As a consequence of the low-capacitive impedance of the fail-short mechanism and the surge protector 10 described above, the surge protector 10 is capable of being used in a coaxial system having a broadband frequency range which extends from DC to at least about one gigahertz with an insertion loss having a magnitude not greater than about -0.2 decibels (dB) and a return loss having a magnitude of at least about -20 dB. The return loss may have a magnitude of at least about -25 dB. Alternatively, the frequency range may extend from at least about 50 MHz to at least about one gigahertz (1,000 MHz).
As used herein, the insertion loss caused by the insertion of a device in a coaxial system is defined in accordance with the following equation:
Insertion Loss (dB)=10 log P1/P2,
where P1 represents the power transmitted to a load with an inserted device and P2 represents the power transmitted to the load without the device. Thus, a device having an insertion loss with a magnitude of -3 dB would cause, by its insertion into a system, the power transmitted to the load to be cut in half. It should be noted that, since P1 will always be less than P2 (for a passive device), the insertion loss will always be a negative number.
The return loss caused by the insertion of a device in a coaxial system is defined in accordance with the following equation:
Return Loss (dB)=20 log Cr
where Cr is the reflection coefficient, which is the ratio of the reflected voltage caused by the insertion of a device to the initial voltage transmitted towards the device, Vr/Vi. For example, where 10% of a forward-travelling voltage is reflected by an inserted device (reflection coefficient of 10%), the return loss would be -20 dB. Where only 5.6% of a forward travelling voltage is reflected by an inserted device, the return loss would be -25 dB. It should be noted that, since the reflection coefficient is always less than one, the return loss will always be a negative number.
As used herein, the term "magnitude" refers to the absolute value of the loss, regardless of the sign of the loss. Thus, for example, an insertion loss of -1 dB has a greater magnitude that an insertion loss of -0.2 dB.
The structural details of the surge protector 10 may be modified in various ways. For example, instead of the angularly disposed slots 86, triangular cutouts (not shown) could be made instead to make the spring 70 easier to place on the dielectric plate 34. Instead of providing the plate 40 with relatively long extensions 44 on both sides, the plate 40 could be provided with a pair of short extensions which extend only slightly through the dielectric plate 34. The ends of the short extensions could then be conductively connected to bottom ends 24 of the receptacles 20 via a conductive plated coating of a thickness sufficient to carry the fail-short currents described above. Alternatively, each of the short extensions could be conductively connected to one of the bottom ends 24 of the receptacles 20 by a conductive plate (having the same width as the side portions 44) with two ends, each of which has a crossed slot (shaped like "+") formed therein, with a bottom end 24 passing through one of the crossed slots and one of the short extensions passing through the other crossed slot.
Other modifications and alternative embodiments of the invention will be apparent to those skilled in the art in view of the foregoing description. This description is to be construed as illustrative only, and is for the purpose of teaching those skilled in the art the best mode of carrying out the invention. The details of the structure and method may be varied substantially without departing from the spirit of the invention, and the exclusive use of all modifications which come within the scope of the appended claims is reserved.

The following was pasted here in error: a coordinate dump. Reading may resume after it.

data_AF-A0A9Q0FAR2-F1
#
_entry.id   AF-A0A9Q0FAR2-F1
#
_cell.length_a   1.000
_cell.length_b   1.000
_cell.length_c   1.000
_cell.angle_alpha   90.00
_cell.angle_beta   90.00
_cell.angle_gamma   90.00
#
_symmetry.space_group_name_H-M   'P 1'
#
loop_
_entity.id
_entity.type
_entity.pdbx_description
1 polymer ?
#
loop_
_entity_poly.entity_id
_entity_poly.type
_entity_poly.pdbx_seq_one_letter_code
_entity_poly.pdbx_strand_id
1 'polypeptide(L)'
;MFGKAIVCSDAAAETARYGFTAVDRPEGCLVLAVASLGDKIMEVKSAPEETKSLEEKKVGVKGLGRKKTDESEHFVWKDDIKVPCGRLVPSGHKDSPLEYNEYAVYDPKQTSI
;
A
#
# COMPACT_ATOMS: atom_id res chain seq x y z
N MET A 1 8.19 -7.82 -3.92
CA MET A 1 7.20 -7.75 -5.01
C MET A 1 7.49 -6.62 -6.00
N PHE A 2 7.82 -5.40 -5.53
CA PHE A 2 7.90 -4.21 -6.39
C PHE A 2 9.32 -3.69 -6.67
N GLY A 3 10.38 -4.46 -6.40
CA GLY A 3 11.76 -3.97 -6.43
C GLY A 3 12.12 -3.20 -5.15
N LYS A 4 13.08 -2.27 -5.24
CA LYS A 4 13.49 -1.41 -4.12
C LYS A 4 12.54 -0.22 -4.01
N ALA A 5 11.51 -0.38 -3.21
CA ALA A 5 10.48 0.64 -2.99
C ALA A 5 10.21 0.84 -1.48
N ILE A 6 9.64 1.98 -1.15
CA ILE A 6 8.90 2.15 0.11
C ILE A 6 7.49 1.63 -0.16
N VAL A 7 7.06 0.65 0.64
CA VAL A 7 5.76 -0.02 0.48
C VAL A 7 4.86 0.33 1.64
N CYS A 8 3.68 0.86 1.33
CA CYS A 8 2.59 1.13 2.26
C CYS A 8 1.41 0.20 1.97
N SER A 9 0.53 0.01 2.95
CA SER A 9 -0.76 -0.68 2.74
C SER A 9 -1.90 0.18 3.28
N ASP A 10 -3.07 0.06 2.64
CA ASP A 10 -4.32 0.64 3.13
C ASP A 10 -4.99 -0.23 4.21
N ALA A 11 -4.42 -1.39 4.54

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|CN1809949B||Apr 30, 2004||May 5, 2010||Lgp奥高股份公司||Microwave transmission unit including lightning protection device|
|CN100392937C||Nov 13, 2001||Jun 4, 2008||科宁·吉尔伯特公司||Surge protected coaxial termination|
|WO2002041460A1 *||Nov 13, 2001||May 23, 2002||Corning Gilbert Inc.||Surge protected coaxial termination|
|WO2004097979A1 *||Apr 30, 2004||Nov 11, 2004||Lgp Allgon Ab||Microwave transmission unit including lightning protection|
|WO2006043879A1 *||Oct 14, 2005||Apr 27, 2006||Powerwave Technologies Sweden Ab||A filter|
|U.S. Classification||361/119, 361/124|
|International Classification||H01Q1/50, H01T4/08|
|Cooperative Classification||H01Q1/50, H01T4/08|
|European Classification||H01Q1/50, H01T4/08|
|Sep 29, 1995||AS||Assignment|
Owner name: JOSLYN ELECTRONIC SYSTEMS CORPORATION, A DELAWARE
Free format text: ASSIGNMENT OF ASSIGNORS INTEREST;ASSIGNORS:KNAPP, WALTER;WILMS, MANFRED W.;REEL/FRAME:007660/0227
Effective date: 19950728
|Oct 4, 1999||FPAY||Fee payment|
Year of fee payment: 4
|Mar 29, 2001||AS||Assignment|
Owner name: BOURNS, INC., CALIFORNIA
Free format text: ASSIGNMENT OF ASSIGNORS INTEREST;ASSIGNOR:JOSLYN ELECTRONIC SYSTEMS COMPANY, LLC;REEL/FRAME:011692/0603
Effective date: 20010305
|Nov 5, 2003||REMI||Maintenance fee reminder mailed|
|Apr 16, 2004||REIN||Reinstatement after maintenance fee payment confirmed|
|Jun 15, 2004||FP||Expired due to failure to pay maintenance fee|
Effective date: 20040416
|Aug 3, 2004||SULP||Surcharge for late payment|
|Aug 3, 2004||FPAY||Fee payment|
Year of fee payment: 8
|Sep 27, 2004||PRDP||Patent reinstated due to the acceptance of a late maintenance fee|
Effective date: 20040930
|Oct 22, 2007||REMI||Maintenance fee reminder mailed|
|Apr 16, 2008||LAPS||Lapse for failure to pay maintenance fees|
|Jun 3, 2008||FP||Expired due to failure to pay maintenance fee|
Effective date: 20080416